All MCAD COVID-19 updates will be posted below and at mcad.edu/covid19

All MCAD COVID-19 updates will be posted below and at mcad.edu/covid19

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All MCAD COVID-19 updates will be posted below and at mcad.edu/covid19

All MCAD COVID-19 updates will be posted below and at mcad.edu/covid19

RESOURCES FOR PARENTS AND CAREGIVERS

 

RESOURCES FOR PARENTS AND CAREGIVERS (AND SUPERVISORS)

 

 

FOR SUPERVISORS

During this time, you may have employees who have increased responsibilities at home, whether that be homeschooling children who are doing distance learning and/or are caregiving for other family members. Below are a few tips and some resources that may be helpful for you. 

  • TIPS:

    • 50 minute meetings: Consider scheduling meetings that are 35-50 minutes long instead of a full 30-60 minutes, This gives time for everyone to get up and stretch, go to the restroom, attend to any child(ren) at home, etc. 

    • Be flexible: If your employee has to be available to their children at a given time to help their children with distance learning and/or to care for a family member, work with them to find a way to adjust for these demands (whether working remotely or on campus). Consider schedule changes and/or shift in duties if possible. In being supportive, flexible, reasonable and accommodating MCAD will hopefully retain all of our amazing and dedicated employees throughout this pandemic. 

    • Be communicative: Touch base often with your employees about these competing demands and how best to balance the demands of their work and the demands of their responsibilities at home (especially those that come up during the course of the work day itself). 

    • Be realistic: Many work environments are dealing with this same issue and trying to find creative solutions, but don’t assume that another parent or family member can take care of these responsibilities for your specific employee. A recent survey by the Society for Human Resource Management (SHRM) found that in light of COVID-19 employers were offering flexible solutions for employees such as flexible work hours (86 percent), full-time remote work (71 percent) and reduced work hours (63 percent). According to another survey by APCO Worldwide, nearly half of respondents said that while they appreciated these kinds of flexibilities, that their employer still had unrealistic expectations about what they could accomplish while caring for others. 

    • Be compassionate: Being a full-time employee AND a full-time caregiver and/or homeschooling parent is hard work. Be flexible and accommodating whenever possible. Lack of compassion and flexibility can lead to decreased morale not just for that employee, but for other team members who may worry that should that be in a similar situation, they may not be afforded understanding and support.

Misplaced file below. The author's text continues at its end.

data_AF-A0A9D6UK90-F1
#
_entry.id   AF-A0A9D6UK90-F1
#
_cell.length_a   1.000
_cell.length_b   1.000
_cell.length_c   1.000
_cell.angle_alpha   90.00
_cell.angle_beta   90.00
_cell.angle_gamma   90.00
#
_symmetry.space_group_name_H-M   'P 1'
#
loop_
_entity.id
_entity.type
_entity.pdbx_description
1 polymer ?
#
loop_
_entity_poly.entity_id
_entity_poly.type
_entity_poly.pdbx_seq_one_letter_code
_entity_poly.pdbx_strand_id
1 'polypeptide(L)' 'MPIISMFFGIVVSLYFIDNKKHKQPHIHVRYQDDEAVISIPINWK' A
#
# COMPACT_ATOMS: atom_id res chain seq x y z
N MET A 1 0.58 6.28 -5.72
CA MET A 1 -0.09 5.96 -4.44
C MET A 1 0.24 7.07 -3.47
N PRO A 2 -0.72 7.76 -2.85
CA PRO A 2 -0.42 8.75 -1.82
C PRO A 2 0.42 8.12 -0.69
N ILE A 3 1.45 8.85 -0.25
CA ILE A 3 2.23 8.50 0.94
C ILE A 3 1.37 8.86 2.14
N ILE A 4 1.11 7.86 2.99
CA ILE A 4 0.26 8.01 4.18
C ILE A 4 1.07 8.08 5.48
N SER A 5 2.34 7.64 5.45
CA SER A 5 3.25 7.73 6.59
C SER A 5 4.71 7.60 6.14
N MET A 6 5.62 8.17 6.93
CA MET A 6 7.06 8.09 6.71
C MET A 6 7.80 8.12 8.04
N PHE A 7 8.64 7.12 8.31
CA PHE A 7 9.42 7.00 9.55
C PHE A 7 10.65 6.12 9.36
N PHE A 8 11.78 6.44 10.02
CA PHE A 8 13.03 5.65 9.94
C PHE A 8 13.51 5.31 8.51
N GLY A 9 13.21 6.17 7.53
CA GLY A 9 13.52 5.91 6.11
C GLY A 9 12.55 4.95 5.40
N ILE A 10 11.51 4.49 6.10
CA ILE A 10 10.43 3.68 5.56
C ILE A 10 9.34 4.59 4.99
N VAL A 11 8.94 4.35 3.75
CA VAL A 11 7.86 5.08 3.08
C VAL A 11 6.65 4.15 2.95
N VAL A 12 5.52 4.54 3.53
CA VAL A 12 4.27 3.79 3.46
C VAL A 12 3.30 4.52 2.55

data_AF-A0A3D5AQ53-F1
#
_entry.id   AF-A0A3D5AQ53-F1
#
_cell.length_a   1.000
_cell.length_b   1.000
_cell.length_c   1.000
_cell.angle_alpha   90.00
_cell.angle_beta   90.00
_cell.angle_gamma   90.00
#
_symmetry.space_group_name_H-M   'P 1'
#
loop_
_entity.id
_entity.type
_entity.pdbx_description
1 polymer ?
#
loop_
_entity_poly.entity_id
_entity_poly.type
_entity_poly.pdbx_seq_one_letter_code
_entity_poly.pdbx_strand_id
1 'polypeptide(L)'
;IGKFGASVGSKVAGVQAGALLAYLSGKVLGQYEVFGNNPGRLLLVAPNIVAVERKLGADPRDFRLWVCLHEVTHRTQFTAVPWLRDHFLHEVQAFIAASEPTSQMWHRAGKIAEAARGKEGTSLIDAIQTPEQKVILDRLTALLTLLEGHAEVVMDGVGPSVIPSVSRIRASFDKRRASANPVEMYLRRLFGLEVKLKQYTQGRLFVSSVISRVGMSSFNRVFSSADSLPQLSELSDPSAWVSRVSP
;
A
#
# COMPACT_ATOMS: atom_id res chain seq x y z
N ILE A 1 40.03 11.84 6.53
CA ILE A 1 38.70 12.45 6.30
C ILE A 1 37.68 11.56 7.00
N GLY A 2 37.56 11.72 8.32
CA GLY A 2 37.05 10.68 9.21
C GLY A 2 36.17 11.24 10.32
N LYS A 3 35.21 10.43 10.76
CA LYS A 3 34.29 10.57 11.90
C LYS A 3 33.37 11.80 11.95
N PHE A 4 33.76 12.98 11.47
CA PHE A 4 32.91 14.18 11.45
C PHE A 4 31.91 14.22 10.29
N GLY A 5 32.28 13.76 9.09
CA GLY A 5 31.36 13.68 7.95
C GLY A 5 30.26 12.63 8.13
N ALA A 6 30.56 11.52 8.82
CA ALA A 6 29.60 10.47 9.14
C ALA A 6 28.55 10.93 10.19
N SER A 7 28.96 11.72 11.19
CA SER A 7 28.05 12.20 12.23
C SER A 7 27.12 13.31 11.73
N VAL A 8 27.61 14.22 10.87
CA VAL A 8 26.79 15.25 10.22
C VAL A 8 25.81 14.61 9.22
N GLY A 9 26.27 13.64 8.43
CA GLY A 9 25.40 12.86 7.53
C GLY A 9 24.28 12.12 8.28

• Be aware: All MCAD employees are covered by Earned Sick and Safe Time and may also be covered by the Expanded Family Medical Leave under the Families First Coronavirus Response Act. These both cover time off and/or leave needed to care for children or a loved one. EFMLA provides up to 10 weeks of leave  at two-thirds the employee’s regular rate of pay if the employee is unable to work due to a bona fide need for leave to care for a child whose school or child care provider is closed or unavailable for reasons related to COVID-19. The employee must meet eligibility requirements, and at the time of request, MCAD must be under 500 employees (which is sometimes the case).  If you have any questions about either of these, please contact human_resources@mcad.edu.

       

 

FOR PARENTS

Juggling work and having children at home is challenging and complex. Below are some tips and resources which may be helpful for you as you look ahead to the next academic year.  

 

  • TIPS:

    • Set a routine and transitional habits: Depending on the age of your child, let the child help set the schedule of their day, especially if doing distance learning. At home learning provides some amount of flexibility to the day if learning is happening asynchronously, so if that is the case, see what works best for you and your child(ren). Consider setting some transitional habits–such as putting on a specific garment or lighting a candle–to designate the transition from home activities to those related to work/school.

    • Designate workspaces for you and your child(ren): If possible, set up spaces for you and your child(ren) to work and study. If you don’t have an extra room, consider doing something as fancy as hanging a curtain or even adding some masking tape to the floor to designate the special purpose for that  area. 

    • Lean in to multitasking: Part of this new normal is having to wear many hats at once. Lean into this reality by adjusting expectations  as needed - whether that be for yourself, your child(ren), and your supervisor. Adjust as needed and keep in communication with your leader to see if your schedule or workload need to flex to accommodate the demands at home. Be kind to yourself too!

    • Practice self-care: Challenging during these times, but if possible, try to carve out time to care for your own needs. Take breaks. Get enough sleep. 

       

FOR CAREGIVERS

Juggling work and caregiving for loved ones is challenging and complex. Below are some tips and resources which may be helpful for you as you look ahead to the next academic year.  

 

FOR EVERYONE